Economy, Gender, and Marriage

The Pew Research Center recently released a report on the shifting economic characteristics of marriage in the United States. As women receive more education and make strides in the job market, the dynamics of the institution of marriage have changed, leading to fewer marriages, and more couples in which the wife supports the husband, or both spouses mutually contribute to the household income.

This shift has also resulted in a transformation of gender roles in the family. A greater number of husbands, historically the breadwinners, leave the workforce for the home. Since the mother is working, the father must take on greater domestic responsibilities.

There are several positive effects of this change. Fathers now take on greater responsibility for their children and housework. Parenting, and the marriage itself, is popularly accepted as a partnership rather than a hierarchy. This shift is correlated with intellectual equality between and compatibility of spouses. On the other hand, however, it must be acknowledged that it has led to difficulties in establishing the roles of each partner. As pointed out in a New York Times article on the Pew results,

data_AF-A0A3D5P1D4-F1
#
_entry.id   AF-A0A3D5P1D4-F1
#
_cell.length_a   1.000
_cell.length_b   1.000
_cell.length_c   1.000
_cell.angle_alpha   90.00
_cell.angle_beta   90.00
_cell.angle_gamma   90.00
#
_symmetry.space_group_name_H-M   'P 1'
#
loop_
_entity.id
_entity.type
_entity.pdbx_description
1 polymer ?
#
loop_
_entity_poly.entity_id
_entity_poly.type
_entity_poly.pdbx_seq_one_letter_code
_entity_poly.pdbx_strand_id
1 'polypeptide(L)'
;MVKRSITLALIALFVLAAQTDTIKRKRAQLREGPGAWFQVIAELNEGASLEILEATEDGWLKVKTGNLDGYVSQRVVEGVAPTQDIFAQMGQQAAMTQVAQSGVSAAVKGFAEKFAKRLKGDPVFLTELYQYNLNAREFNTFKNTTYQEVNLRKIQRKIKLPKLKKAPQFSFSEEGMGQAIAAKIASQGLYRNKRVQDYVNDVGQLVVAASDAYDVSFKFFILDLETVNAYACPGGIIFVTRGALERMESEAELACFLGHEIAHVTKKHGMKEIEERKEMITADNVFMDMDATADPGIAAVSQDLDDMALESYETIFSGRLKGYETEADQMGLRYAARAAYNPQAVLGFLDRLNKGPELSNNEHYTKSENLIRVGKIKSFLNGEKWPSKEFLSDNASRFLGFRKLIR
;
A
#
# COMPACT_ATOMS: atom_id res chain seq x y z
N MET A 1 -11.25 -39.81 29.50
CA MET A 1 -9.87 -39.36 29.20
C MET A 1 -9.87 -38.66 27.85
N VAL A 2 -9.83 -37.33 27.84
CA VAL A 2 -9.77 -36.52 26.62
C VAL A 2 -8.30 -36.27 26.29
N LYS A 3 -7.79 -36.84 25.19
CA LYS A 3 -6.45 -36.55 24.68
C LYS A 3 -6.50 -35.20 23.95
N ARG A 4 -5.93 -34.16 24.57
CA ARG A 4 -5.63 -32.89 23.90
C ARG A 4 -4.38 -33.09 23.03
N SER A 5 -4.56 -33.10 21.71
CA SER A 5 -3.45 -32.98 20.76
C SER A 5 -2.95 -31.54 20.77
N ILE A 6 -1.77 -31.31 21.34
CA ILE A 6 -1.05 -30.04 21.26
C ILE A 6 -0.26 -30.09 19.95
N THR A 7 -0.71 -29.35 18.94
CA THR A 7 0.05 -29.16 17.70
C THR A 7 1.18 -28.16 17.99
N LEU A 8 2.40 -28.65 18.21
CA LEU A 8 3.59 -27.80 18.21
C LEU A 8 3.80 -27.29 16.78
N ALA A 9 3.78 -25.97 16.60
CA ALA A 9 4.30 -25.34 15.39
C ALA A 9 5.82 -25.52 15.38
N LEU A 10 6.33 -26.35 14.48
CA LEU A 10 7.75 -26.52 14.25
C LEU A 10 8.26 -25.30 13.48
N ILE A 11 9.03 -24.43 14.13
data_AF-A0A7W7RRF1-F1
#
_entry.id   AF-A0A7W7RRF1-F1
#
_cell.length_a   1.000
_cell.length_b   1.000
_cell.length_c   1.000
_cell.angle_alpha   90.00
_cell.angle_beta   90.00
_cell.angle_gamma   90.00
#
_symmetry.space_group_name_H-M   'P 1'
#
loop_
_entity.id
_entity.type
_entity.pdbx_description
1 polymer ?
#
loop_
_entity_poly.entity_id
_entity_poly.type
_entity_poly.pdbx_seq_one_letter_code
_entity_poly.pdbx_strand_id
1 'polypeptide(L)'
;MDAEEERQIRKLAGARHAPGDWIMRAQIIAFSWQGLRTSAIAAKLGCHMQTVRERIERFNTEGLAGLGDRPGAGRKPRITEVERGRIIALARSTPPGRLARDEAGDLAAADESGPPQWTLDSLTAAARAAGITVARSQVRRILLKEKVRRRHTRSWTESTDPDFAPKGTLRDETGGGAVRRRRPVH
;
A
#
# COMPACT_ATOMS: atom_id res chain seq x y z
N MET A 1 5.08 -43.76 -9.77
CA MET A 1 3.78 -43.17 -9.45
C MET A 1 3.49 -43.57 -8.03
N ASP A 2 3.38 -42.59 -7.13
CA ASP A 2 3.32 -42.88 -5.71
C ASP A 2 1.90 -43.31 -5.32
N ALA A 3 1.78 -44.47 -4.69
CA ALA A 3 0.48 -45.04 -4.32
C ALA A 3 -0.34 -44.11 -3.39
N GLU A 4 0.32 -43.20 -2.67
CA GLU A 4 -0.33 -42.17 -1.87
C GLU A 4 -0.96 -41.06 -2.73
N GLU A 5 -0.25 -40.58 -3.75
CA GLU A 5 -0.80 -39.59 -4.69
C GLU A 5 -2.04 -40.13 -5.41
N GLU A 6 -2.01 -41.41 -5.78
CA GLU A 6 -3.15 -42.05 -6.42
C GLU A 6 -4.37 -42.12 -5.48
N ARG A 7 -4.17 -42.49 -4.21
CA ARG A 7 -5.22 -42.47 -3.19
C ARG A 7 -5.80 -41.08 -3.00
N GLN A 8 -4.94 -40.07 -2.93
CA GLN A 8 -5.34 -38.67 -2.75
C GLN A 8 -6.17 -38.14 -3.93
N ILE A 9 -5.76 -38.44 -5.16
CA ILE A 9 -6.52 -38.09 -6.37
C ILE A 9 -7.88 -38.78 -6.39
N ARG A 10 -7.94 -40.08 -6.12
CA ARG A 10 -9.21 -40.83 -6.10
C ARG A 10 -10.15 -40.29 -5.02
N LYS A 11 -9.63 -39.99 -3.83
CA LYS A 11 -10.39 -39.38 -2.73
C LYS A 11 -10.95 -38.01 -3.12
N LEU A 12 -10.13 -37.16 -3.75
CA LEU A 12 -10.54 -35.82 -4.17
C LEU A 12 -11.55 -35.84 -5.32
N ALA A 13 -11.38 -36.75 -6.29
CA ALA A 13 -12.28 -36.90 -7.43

“With women taking on more earning and men taking on more caring, there’s a lot of shifting and juggling,” said Andrea Doucet, a sociology professor at Carleton University in Ottawa. Her study, the Bread and Roses Project, tracks couples in the United States and Canada in which women are the primary breadwinners. But the dynamic is “not as easy as you’d think it would be,” she said. “You can’t just reverse the genders.”

Families adjust the traditional norms that guided past generations. The article notes that many couples find it difficult to relegate their traditional role to the spouse of opposite sex. This can lead to stress in the relationship, and some evidence suggests that it has a negative effect on the husband’s health.

While this shift works for some couples, gender role reversal is not going to solve the problems of marital inequality or disunity for the larger population. Rather, we would do well to emphasize the power and value of the institution of marriage, in which husband and wife work together in the building and maintenance of a family and a household.

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One thought on “Economy, Gender, and Marriage

  1. hm says:

    “This can lead to stress in the relationship, and some evidence suggests that it has a negative effect on the husband’s health.”
    Interesting how you only specifically point out the disadvantage for the husband.

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